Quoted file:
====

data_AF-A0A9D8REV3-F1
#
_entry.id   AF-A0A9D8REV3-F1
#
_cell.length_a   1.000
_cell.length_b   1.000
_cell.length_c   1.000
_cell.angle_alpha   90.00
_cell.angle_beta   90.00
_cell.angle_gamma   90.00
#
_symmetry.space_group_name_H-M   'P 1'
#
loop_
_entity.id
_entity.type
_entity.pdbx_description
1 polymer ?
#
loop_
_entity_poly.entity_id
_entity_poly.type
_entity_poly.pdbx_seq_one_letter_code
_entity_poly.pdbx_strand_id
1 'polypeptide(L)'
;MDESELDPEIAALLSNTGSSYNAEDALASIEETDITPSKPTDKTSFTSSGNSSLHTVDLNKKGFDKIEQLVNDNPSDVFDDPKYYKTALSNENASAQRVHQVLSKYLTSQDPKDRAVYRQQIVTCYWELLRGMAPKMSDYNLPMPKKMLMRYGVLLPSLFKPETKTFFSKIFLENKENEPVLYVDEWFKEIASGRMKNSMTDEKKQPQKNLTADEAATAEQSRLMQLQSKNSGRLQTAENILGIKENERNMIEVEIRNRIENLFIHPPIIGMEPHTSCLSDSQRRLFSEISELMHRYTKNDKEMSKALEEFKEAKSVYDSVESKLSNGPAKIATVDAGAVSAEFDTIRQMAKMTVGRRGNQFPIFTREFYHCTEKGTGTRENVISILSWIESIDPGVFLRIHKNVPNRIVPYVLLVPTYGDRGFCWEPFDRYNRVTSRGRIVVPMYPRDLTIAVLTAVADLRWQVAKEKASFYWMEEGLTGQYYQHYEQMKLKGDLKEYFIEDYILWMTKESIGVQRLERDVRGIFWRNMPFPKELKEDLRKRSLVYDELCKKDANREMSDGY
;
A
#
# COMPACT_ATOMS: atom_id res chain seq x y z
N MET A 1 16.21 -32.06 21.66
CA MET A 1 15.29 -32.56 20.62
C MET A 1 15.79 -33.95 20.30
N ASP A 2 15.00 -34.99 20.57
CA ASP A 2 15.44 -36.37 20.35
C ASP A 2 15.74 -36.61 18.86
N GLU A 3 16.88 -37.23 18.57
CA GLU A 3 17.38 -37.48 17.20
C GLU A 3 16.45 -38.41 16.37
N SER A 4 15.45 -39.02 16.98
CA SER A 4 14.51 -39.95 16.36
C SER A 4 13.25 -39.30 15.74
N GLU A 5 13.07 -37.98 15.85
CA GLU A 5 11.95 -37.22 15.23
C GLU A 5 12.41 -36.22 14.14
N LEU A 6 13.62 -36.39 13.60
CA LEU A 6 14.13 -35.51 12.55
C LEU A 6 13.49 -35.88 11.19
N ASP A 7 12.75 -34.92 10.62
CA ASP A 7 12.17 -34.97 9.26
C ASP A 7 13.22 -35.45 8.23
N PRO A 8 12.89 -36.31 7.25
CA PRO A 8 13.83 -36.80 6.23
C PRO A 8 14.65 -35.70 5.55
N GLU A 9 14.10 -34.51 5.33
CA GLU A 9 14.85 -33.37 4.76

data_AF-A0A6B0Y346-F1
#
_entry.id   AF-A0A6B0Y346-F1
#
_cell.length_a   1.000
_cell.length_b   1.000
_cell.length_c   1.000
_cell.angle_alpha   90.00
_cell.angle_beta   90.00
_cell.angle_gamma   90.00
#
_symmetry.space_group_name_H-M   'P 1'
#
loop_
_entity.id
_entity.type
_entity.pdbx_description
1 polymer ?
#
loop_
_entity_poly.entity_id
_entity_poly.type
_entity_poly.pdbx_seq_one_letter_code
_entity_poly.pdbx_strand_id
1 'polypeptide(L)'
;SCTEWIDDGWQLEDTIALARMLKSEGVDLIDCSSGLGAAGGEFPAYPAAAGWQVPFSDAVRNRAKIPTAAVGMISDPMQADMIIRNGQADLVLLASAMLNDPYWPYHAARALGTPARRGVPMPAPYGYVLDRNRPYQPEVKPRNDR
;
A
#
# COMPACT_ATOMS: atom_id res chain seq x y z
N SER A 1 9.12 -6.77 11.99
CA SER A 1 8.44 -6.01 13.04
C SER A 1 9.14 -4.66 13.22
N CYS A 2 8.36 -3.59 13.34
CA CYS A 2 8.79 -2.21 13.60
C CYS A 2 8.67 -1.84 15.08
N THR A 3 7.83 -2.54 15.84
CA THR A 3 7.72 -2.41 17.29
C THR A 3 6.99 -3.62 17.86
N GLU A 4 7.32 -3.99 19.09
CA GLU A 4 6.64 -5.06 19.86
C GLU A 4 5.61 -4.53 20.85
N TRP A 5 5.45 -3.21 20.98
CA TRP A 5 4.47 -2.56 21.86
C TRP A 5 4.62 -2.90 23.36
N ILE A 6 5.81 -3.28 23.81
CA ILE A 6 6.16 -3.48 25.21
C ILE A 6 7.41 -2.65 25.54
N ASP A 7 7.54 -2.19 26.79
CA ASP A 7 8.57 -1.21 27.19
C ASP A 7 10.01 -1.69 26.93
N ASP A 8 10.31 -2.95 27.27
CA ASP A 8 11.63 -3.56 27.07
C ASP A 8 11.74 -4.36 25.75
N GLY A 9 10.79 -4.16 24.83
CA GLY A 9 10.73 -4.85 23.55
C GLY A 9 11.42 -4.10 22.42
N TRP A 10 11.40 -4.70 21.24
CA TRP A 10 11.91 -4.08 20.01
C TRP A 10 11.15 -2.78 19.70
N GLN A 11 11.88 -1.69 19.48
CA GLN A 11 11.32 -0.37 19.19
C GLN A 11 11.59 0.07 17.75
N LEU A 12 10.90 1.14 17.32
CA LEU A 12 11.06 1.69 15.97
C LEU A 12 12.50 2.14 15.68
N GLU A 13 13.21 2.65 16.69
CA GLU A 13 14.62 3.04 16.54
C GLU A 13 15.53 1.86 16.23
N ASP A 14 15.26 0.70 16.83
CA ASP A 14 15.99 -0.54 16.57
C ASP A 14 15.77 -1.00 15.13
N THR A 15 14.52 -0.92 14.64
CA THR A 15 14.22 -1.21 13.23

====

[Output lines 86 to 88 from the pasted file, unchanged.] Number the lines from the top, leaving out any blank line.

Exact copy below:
# COMPACT_ATOMS: atom_id res chain seq x y z
N SER A 1 9.12 -6.77 11.99
CA SER A 1 8.44 -6.01 13.04